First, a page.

The clerk of the court acts judically in allowing claims and admitting them to probate. The oath of the creditor is the evidence on which he acts. In most of the states the presentation and probate of claims against estates is held to be res adjudicata.

Moon v. Hildebrant, 14 Tex. 312, fully reported and annotated in 65 Am. Dec., 119. We do not claim any such conclusive effect is given to the allowance of a claim by the clerk of the court, under our statutes. We concede that the probate allowance and registration do not make a conclusive adjudication; that it is the duty of the executor or administrator, notwithstanding the allowance, to contest the validity of any claim the justice and legality of which is doubtful.

Our contention is only this, that an irregular or defective affidavit for the probate of a claim, does not, after the claim has been allowed and registered by the clerk, avoid the allowance and discharge the estate from its payment.

With the exception of the remarks of Judges Harris in McWhorter v. Donald, the decisions of this court have been, without discord, that the purpose and effect of the statute is to give notice to the personal representatives, and to heirs, distributees, legatees and creditors, of the condition of the estate; to provide a short statute of limitations barring debts not presented, and to afford prima facie evidence of the legality of the claim in favor of a personal representative paying the probated claim. Miller v. Jefferson College, 5 Smed. & M., 651; Cohea v. Commissioners, 7 Smed. & M., 437; Sumrall v. Sumrall, supra; Sims v. Sims, supra; Haralson v. White, 38 Miss. 178; Gray v. Harris, supra; Rawlings v. Poindexter, supra; Bank v. Rhew, 37 Miss. 110.

It is to be observed that the legislature does not use the same words in the several sections of the code noted. In §§ 1931, 1932 and 1933 the words of the statute are "probated, allowed, and registered." In §§ 1935 and 1936, the words are "probated and registered." In § 1895, it is provided that any creditor whose claim has been "registered" (omitting the words probated and allowed), may petition for the sale of the real and personal property for the payment of debts. We are therefore within the letter of the statute if that is to be controlling, for our claim was unquestionably "registered." But we are not only within the letter, but also within its purpose and equity.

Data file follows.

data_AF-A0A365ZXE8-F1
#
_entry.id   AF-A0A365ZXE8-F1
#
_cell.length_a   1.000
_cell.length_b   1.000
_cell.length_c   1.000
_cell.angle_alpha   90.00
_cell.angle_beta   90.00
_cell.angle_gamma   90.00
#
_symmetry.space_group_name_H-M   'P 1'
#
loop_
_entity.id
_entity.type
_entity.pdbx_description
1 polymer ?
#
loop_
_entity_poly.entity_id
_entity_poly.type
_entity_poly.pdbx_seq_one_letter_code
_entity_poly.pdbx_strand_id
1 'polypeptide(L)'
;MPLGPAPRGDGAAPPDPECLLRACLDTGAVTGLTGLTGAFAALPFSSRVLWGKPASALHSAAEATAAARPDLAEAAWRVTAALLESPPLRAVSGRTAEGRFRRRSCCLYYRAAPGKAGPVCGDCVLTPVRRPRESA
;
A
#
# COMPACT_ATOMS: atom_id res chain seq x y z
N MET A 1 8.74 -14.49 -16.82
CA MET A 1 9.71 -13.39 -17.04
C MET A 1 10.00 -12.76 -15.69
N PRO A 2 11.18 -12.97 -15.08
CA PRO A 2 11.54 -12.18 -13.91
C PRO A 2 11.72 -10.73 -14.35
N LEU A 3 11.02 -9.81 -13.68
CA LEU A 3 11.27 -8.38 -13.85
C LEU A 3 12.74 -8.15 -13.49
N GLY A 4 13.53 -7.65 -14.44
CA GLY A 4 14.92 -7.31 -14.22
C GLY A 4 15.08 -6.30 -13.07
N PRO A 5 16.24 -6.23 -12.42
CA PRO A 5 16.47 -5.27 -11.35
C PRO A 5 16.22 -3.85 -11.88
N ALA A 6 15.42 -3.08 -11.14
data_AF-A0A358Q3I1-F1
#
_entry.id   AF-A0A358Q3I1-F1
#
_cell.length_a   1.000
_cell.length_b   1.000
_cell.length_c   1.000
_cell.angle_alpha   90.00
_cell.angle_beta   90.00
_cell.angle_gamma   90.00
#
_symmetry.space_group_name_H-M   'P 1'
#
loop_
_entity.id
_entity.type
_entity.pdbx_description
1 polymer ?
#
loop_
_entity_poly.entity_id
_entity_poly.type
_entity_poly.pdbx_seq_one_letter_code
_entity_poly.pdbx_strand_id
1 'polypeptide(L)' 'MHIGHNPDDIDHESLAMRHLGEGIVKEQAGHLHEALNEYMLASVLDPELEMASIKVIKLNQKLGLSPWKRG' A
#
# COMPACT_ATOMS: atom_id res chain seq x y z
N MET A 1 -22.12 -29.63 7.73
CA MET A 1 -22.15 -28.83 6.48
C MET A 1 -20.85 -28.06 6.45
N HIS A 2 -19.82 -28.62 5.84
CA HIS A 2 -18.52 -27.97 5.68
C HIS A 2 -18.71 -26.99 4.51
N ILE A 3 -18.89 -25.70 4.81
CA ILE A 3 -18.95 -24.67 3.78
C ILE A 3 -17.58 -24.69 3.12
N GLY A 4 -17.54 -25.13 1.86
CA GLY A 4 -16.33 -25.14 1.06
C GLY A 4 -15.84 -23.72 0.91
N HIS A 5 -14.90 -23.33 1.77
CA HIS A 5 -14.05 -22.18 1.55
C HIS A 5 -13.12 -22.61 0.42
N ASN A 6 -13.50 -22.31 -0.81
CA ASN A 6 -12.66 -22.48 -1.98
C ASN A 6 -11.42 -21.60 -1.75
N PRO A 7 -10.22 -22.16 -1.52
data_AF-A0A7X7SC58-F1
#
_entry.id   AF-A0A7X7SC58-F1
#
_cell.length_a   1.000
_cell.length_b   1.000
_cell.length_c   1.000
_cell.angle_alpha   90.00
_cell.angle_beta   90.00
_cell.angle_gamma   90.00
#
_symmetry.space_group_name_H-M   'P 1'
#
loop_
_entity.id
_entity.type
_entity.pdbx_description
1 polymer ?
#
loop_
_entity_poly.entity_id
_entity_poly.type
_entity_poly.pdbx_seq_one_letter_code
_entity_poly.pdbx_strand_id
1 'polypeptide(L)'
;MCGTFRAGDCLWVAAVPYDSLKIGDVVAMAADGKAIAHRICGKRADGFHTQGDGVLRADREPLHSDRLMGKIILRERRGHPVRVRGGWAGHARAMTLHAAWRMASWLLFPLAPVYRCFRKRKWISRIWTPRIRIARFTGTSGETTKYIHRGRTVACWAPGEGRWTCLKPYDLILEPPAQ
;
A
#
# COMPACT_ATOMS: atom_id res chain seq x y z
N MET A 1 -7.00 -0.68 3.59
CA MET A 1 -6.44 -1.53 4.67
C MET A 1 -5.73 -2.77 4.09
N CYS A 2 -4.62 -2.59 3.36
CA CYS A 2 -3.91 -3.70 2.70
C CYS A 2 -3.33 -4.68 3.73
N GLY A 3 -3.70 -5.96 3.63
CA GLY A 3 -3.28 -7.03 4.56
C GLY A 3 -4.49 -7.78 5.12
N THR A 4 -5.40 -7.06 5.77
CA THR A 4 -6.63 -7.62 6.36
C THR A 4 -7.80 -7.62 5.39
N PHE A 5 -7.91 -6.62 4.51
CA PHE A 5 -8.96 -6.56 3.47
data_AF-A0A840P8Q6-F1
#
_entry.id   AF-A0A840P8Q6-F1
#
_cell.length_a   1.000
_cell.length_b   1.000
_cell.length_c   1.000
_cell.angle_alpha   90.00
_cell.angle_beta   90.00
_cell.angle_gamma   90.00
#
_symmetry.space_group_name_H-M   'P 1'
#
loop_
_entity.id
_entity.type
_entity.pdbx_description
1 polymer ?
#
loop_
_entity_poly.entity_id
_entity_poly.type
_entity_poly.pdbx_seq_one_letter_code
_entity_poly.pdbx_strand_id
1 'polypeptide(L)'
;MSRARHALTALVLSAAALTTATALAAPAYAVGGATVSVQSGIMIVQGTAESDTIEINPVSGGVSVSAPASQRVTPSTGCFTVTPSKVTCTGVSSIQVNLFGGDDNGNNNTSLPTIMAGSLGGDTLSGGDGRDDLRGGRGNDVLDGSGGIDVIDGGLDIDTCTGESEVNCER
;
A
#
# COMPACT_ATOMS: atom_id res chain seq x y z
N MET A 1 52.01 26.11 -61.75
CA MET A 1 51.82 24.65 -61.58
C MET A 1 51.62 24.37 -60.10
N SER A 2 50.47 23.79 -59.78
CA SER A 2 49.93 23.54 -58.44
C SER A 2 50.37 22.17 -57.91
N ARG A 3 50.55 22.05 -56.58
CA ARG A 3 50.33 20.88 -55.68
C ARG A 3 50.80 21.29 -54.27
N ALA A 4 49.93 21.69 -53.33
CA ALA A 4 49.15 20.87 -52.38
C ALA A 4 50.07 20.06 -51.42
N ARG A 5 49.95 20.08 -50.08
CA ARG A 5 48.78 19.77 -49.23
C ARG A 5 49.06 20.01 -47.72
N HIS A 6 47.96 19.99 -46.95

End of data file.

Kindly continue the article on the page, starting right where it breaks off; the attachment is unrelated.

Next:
The whole purpose of the law is to exhibit by the record of the court having administration of the estate, the extent of the liabilities of the decedent, and that this should be speedily done. An impartial officer is pointed out before whom proof by the creditor is to be made, and there is reserved to the personal representative, and to the heirs, legatees and other creditors the right to object to any claim presented; to have the same referred to auditors; to compel the creditor to establish by proof his claim; to introduce evidence disproving it, and to take the judgment of the court on the report of the auditors.

Whether the allowance of the claim is conclusive against the estate as the judgment of a court would be, and as is very generally held as shown by the authorities heretofore cited, or whether the allowance has a more limited and inconclusive operation, is one question. But whether the clerk acts ministerially or judicially in making the allowance and admitting the claim to registration, is a totally different inquiry.

The contention of the appellee is that the clerk acts ministerially, and that the making of the precise statutory affidavit by the creditor is a condition precedent to his authority to admit the claim to registration. Our contention is that the clerk acts judicially, and that the oath of the creditor is but evidence, and a part of the evidence, upon which he acts; that the allowance and registration of the claim are not avoided by reason of defective evidence.

There are some acts of a clerk which are purely ministerial in their character, and rest for their authority upon a strict conformity to statutory provisions. In such cases if the clerk does an unauthorized act the act itself is void and may be disregarded. (Freeman on Judg., secs. 129, 153). But if the act...